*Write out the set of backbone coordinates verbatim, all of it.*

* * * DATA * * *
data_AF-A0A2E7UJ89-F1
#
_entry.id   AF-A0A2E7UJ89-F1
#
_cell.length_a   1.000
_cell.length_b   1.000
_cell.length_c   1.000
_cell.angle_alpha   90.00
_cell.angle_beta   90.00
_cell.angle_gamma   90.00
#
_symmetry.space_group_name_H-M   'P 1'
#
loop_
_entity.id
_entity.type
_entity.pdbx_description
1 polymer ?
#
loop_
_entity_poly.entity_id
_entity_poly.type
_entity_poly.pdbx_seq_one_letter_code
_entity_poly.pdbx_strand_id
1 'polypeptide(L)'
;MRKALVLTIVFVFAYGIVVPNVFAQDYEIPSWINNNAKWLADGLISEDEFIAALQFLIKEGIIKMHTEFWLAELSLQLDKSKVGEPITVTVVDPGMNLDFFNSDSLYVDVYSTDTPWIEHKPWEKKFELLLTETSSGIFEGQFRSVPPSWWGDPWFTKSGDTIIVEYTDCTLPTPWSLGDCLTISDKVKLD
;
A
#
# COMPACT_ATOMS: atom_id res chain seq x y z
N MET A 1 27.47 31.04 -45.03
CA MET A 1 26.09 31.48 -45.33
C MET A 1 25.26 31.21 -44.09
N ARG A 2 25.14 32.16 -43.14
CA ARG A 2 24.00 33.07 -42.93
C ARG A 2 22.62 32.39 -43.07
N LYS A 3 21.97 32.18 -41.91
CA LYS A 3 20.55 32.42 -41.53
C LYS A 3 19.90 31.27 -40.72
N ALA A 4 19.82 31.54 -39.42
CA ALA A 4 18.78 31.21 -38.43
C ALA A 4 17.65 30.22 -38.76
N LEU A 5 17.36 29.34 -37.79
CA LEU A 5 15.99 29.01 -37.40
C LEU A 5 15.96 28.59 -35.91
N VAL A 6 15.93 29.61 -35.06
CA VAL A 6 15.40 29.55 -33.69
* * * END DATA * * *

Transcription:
data_AF-A0A2E7UJ89-F1
#
_entry.id   AF-A0A2E7UJ89-F1
#
_cell.length_a   1.000
_cell.length_b   1.000
_cell.length_c   1.000
_cell.angle_alpha   90.00
_cell.angle_beta   90.00
_cell.angle_gamma   90.00
#
_symmetry.space_group_name_H-M   'P 1'
#
loop_
_entity.id
_entity.type
_entity.pdbx_description
1 polymer ?
#
loop_
_entity_poly.entity_id
_entity_poly.type
_entity_poly.pdbx_seq_one_letter_code
_entity_poly.pdbx_strand_id
1 'polypeptide(L)'
;MRKALVLTIVFVFAYGIVVPNVFAQDYEIPSWINNNAKWLADGLISEDEFIAALQFLIKEGIIKMHTEFWLAELSLQLDKSKVGEPITVTVVDPGMNLDFFNSDSLYVDVYSTDTPWIEHKPWEKKFELLLTETSSGIFEGQFRSVPPSWWGDPWFTKSGDTIIVEYTDCTLPTPWSLGDCLTISDKVKLD
;
A
#
# COMPACT_ATOMS: atom_id res chain seq x y z
N MET A 1 27.47 31.04 -45.03
CA MET A 1 26.09 31.48 -45.33
C MET A 1 25.26 31.21 -44.09
N ARG A 2 25.14 32.16 -43.14
CA ARG A 2 24.00 33.07 -42.93
C ARG A 2 22.62 32.39 -43.07
N LYS A 3 21.97 32.18 -41.91
CA LYS A 3 20.55 32.42 -41.53
C LYS A 3 19.90 31.27 -40.72
N ALA A 4 19.82 31.54 -39.42
CA ALA A 4 18.78 31.21 -38.43
C ALA A 4 17.65 30.22 -38.76
N LEU A 5 17.36 29.34 -37.79
CA LEU A 5 15.99 29.01 -37.40
C LEU A 5 15.96 28.59 -35.91
N VAL A 6 15.93 29.61 -35.06
CA VAL A 6 15.40 29.55 -33.69